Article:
Dahlia Marigold Nasturtium

These are photographs of my dahlia, marigold, and nasturtiums.

I'm not sure what I'm doing wrong. But my plants are dying, and I'm unsure why. I've tried giving them a good wash previously, and cutting off diseased foliage, but it doesn't seem to have helped a great deal. There's also some flying black things, kind of like midges, I guess.

The plants sit on a south-facing windowsill, which is fairly sunny, with a radiator below and to the side. I am usually fairly careful with making sure they are kept watered, and I trim dead leaves and such once or twice a week.

How can I treat this? Would it be easier to just start again, given I have no real facilities to properly isolate the plants? How do I prevent this from happening again?

Thank you!

  • Take them outside maybe for a week or so. 2 of my windowsill plants started showing weakness all of a sudden, so I put them outside and from what I can see, they look a bit better so far.
    – Rudolph
    Oct 25, 2013 at 9:56

1 Answer 1


I'm not certain, but it sounds as if you're saying these plants are inside your home, on the windowsill, rather than on an outside windowsill. If that's not right, and they are outside and you are in the UK, then aphid infestation appears to be a problem (check the underside of the nasturtium leaves for signs). Blackfly particularly like marigolds and nasturtiums, but I wouldn't normally expect such terrible damage to dahlias from those, in which case, it might just be the time of year. If they're outside, they're on their last legs and about to keel over anyway, although the dahlia should be cut down, the tuber cleaned of soil and left to dry on newspaper or a tray full of sand, with the stems facing the paper/sand, then stored somewhere frost free till early spring.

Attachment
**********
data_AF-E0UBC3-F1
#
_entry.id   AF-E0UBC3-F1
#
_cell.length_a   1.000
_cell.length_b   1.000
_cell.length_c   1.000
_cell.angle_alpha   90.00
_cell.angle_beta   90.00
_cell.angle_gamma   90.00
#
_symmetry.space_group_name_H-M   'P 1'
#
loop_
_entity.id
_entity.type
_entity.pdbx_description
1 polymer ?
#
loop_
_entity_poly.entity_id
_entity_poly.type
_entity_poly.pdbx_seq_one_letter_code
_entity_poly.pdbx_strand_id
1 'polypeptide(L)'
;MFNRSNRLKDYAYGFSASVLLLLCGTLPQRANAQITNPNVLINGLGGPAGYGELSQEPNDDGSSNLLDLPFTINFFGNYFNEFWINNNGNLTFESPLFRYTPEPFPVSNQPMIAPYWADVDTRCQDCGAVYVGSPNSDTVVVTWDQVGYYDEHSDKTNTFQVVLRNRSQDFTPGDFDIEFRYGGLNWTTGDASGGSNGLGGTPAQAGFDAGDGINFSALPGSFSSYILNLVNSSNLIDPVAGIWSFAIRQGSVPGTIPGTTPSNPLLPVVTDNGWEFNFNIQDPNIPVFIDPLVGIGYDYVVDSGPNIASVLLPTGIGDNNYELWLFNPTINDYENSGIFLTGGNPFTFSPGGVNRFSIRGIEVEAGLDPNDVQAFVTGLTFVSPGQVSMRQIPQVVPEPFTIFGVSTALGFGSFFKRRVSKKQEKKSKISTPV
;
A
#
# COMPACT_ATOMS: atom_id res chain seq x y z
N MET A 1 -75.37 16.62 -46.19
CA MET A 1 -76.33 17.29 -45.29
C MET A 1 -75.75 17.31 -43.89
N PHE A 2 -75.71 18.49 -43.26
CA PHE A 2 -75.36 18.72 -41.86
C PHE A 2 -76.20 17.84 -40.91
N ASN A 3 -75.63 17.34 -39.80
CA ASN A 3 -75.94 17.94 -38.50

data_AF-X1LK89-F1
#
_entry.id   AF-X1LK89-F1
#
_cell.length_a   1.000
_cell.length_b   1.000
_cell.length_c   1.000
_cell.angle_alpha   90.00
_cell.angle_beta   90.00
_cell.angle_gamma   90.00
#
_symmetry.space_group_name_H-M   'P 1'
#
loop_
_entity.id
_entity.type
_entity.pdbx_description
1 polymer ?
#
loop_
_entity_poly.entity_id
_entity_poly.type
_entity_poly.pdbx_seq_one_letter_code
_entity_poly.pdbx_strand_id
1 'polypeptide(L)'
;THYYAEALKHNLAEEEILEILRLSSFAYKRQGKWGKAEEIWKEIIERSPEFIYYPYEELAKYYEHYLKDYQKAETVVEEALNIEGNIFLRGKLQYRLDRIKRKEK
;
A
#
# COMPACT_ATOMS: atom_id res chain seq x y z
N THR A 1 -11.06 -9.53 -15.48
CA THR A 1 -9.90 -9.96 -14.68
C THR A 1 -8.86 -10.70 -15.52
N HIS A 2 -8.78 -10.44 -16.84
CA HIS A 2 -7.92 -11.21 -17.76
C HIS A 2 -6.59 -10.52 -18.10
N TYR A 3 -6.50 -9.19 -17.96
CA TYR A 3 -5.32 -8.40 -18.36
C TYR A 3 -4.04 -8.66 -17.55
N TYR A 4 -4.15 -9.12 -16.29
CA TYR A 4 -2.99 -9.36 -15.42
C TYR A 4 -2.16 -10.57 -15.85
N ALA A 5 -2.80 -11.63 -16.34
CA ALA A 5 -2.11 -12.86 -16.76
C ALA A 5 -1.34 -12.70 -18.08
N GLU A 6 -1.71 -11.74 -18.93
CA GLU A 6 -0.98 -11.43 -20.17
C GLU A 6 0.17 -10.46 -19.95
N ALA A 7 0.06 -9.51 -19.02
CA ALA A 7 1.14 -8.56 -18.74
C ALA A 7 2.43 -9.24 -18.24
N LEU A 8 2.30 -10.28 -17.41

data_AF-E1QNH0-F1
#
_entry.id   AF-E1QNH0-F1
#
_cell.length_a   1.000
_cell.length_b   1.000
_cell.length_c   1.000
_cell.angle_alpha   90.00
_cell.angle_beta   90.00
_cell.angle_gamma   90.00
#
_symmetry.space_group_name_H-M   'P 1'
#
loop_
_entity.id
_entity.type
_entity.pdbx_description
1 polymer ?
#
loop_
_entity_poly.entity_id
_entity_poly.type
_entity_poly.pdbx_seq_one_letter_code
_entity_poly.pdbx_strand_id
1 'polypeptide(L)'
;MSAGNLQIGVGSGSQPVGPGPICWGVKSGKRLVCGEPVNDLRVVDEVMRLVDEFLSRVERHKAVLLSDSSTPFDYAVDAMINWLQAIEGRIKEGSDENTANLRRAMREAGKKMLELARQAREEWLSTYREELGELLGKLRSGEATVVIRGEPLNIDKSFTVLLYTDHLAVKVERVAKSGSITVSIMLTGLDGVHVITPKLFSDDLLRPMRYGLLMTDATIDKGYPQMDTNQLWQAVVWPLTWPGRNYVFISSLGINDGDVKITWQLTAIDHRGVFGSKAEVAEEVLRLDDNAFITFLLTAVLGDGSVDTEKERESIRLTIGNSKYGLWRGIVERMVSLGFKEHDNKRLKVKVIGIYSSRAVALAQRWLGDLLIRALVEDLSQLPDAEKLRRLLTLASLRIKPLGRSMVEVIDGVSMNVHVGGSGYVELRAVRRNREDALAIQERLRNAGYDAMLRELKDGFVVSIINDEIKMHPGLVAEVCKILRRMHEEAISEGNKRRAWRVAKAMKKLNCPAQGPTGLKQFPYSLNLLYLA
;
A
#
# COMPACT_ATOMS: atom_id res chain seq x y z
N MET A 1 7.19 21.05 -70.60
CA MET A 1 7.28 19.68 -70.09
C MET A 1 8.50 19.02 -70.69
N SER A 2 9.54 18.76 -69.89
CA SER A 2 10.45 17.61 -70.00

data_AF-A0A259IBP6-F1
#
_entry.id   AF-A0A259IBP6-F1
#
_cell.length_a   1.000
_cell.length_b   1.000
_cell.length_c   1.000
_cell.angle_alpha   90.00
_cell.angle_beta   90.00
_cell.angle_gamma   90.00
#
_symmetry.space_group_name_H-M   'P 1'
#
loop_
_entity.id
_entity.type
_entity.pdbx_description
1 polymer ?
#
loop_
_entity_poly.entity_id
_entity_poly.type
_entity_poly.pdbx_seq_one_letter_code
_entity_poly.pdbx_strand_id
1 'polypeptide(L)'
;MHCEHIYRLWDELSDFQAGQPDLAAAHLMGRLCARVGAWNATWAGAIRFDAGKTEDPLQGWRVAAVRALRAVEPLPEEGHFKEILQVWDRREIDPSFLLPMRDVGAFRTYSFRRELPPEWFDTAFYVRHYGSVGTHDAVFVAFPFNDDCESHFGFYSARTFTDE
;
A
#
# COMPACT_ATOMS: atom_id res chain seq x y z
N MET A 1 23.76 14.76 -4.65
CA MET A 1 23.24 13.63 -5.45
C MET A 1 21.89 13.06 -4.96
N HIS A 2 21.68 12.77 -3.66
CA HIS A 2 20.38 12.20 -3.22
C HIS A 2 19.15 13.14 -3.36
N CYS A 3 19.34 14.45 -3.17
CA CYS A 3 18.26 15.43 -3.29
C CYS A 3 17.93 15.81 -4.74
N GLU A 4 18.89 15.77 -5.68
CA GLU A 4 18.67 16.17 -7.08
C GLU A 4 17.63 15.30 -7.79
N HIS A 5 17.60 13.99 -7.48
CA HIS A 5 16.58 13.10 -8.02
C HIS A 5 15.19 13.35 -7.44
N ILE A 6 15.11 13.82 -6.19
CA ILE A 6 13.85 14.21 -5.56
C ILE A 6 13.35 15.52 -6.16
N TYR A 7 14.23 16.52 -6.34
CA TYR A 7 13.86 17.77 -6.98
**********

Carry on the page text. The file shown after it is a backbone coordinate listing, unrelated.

If they're inside, then any heat from a nearby radiator will be a big problem for them, and aphid infestation can still occur if the window has been open at some time. It's unlikely the nasturtium and marigold will carry on throughout winter, even inside, and the dahlia needs a good rest between now and next spring. The other possibility that might be causing trouble is fungus gnats - these are attracted to pot plants in compost with a high organic content, and which is wet for a lot of the time. If it's those, then you should take the plants outside, away from other plants if possible, empty the pots out and get rid of much compost as possible whilst retaining the plant roots, scrub the pots so they're thoroughly clean, then use a sterile potting compost and repot. It's not actually worth doing that with the plants you've got though, given the time of year.

  • Could be leafminer but I don't see the young in the dead translucent areas or thrip which leave a black frass on leaves.
    – kevinskio
    Oct 24, 2013 at 17:23

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